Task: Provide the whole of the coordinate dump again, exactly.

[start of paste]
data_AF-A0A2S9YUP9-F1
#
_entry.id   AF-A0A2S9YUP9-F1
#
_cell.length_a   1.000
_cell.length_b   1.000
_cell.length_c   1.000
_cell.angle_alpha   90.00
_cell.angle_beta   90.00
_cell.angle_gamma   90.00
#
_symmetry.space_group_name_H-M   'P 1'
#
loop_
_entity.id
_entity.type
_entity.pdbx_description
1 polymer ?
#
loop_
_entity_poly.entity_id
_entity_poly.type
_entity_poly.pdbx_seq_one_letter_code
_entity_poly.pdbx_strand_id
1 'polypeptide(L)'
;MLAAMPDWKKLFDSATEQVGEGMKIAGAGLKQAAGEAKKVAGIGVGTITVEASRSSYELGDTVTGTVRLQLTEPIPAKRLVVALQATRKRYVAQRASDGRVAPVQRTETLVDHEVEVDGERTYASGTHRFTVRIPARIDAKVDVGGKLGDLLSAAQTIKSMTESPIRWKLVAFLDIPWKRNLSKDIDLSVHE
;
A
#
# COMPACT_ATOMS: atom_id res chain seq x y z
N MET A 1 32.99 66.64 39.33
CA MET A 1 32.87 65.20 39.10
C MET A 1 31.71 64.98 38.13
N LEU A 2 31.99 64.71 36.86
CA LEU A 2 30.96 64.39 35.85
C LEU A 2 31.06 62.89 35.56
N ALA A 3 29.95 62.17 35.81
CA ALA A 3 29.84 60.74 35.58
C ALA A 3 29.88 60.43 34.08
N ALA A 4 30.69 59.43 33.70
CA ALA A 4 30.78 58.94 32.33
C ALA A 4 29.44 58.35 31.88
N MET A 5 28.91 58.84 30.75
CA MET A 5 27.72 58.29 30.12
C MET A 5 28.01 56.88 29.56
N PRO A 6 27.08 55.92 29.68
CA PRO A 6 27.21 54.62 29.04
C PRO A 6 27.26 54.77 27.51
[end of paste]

data_AF-A0A2S9YUP9-F1
#
_entry.id   AF-A0A2S9YUP9-F1
#
_cell.length_a   1.000
_cell.length_b   1.000
_cell.length_c   1.000
_cell.angle_alpha   90.00
_cell.angle_beta   90.00
_cell.angle_gamma   90.00
#
_symmetry.space_group_name_H-M   'P 1'
#
loop_
_entity.id
_entity.type
_entity.pdbx_description
1 polymer ?
#
loop_
_entity_poly.entity_id
_entity_poly.type
_entity_poly.pdbx_seq_one_letter_code
_entity_poly.pdbx_strand_id
1 'polypeptide(L)'
;MLAAMPDWKKLFDSATEQVGEGMKIAGAGLKQAAGEAKKVAGIGVGTITVEASRSSYELGDTVTGTVRLQLTEPIPAKRLVVALQATRKRYVAQRASDGRVAPVQRTETLVDHEVEVDGERTYASGTHRFTVRIPARIDAKVDVGGKLGDLLSAAQTIKSMTESPIRWKLVAFLDIPWKRNLSKDIDLSVHE
;
A
#
# COMPACT_ATOMS: atom_id res chain seq x y z
N MET A 1 32.99 66.64 39.33
CA MET A 1 32.87 65.20 39.10
C MET A 1 31.71 64.98 38.13
N LEU A 2 31.99 64.71 36.86
CA LEU A 2 30.96 64.39 35.85
C LEU A 2 31.06 62.89 35.56
N ALA A 3 29.95 62.17 35.81
CA ALA A 3 29.84 60.74 35.58
C ALA A 3 29.88 60.43 34.08
N ALA A 4 30.69 59.43 33.70
CA ALA A 4 30.78 58.94 32.33
C ALA A 4 29.44 58.35 31.88
N MET A 5 28.91 58.84 30.75
CA MET A 5 27.72 58.29 30.12
C MET A 5 28.01 56.88 29.56
N PRO A 6 27.08 55.92 29.68
CA PRO A 6 27.21 54.62 29.04
C PRO A 6 27.26 54.77 27.51